Lucas Marquardt takes an in-depth look at the controversy and the myths about synthetic surfaces, and based on their substantially better safety record when it comes to catastrophic breakdown, asks the question, "Is the American Thoroughbred better off without them?"
When Moonlight Cloud won the Prix Jacques Le Marois, it represented her second Group 1 win in one week. Two races in a week? An extended campaign with a start every two and a half weeks? The best American horses routinely race every six weeks. Why can Europeans accomplish this, but not Americans? Ryan Goldberg examines the question.
The TDN wraps up its six-part series on medication and reform with Ryan Goldberg's essay, "Race Horse is not a Diagnosis," a look at the path forward for U.S. racing.
No matter the sport, cheaters have always stayed one step ahead of those trying to catch them by doping with as-yet undetectable products. But what if authorities didn't need to determine what the products were, only what the specimin should look like if unaltered by any drug? Meet the biological passport, and Travis Tygart, the man who has successfully routed out two of sports' most defiant cheats, Lance Armstrong and Marion Jones, neither of whom had ever tested positive.
The people we pay to monitor our drug testing are becoming as important to the future of the racing--a betting sport whose foundations must be integrity and fair play--as any track executive or marketing team. They are a group of chemists, scientists, veterinarians and technicians that collectively can be called the nation’s drug and medication regulators. They can be found in test barns and laboratories across the country, and if the job description is simple--make sure people aren’t using illegal drugs to gain an advantage, or abusing legal ones for...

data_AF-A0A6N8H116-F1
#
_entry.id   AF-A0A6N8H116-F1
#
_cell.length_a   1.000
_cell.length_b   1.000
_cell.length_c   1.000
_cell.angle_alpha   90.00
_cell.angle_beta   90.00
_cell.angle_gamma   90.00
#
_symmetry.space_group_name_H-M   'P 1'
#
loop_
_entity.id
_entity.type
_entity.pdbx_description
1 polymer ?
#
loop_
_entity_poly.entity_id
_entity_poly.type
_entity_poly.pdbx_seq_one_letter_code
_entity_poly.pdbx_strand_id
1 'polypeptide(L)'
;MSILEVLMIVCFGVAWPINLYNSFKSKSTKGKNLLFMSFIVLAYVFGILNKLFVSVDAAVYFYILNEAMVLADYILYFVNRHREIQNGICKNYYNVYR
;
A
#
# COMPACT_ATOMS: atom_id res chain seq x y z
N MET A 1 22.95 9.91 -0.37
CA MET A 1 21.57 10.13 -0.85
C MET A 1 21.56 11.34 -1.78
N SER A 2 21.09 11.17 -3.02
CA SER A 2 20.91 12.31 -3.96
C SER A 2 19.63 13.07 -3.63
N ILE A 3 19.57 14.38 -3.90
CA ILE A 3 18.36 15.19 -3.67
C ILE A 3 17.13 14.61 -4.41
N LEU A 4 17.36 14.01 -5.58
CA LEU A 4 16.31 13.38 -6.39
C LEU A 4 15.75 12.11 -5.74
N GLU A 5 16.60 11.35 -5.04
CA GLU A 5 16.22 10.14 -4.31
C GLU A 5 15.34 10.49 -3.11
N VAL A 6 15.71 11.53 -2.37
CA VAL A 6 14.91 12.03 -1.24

"Welfare in Europe means to train the horse without any chemicals and make him race if he can face the challenge,” says France Galop's Dr. Roland Devolz. “In your country, welfare means to be allowed to use as many drugs as possible to ensure the horse will support training and race." Whose version is right? Part 3 of A Painful Truth examines North America's singular stance on medication.
Coronado Heights's career spanned six weeks and three races, but during the last 25 days of his life, he received 24 separate injections of nine different drugs, despite the fact that his veterinarian said he had no history of lameness. While the 21 catastrophic breakdowns at Aqueduct that winter have resulted in some changes in the medication rules in New York, part II of A Painful Truth looks at the hodgepodge of rules in racing jurisdictions across the U.S. and their vastly different penalties for chronic rule-breakers.
Sir Barton was doped. No less an authority than John Hervey, the legendary journalist who wrote under the pen name Salvator, declared this, reluctantly, on Dec. 24, 1932, in the long-gone Thoroughbred Record. Where did we come from, and where are we going with medication reform? Read part one of a six-part TDN special magazine series on the movement for drug reform in U.S. racing.
Richard Powell joins Offbeat Safaris, a gonzo riding outfit, to trek across Kenya's epic game reserve, camping beneath the stars and hanging onto his horses...
Get ready for the ‘new’ New York racing and breeding industry, where VLTs at Aqueduct Racetrack in Ozone Park, Queens, are projected to generate astronomical gains for NYRA and its three tracks, as well as trainers, owners, breeders and stallion owners, and the state of New York itself.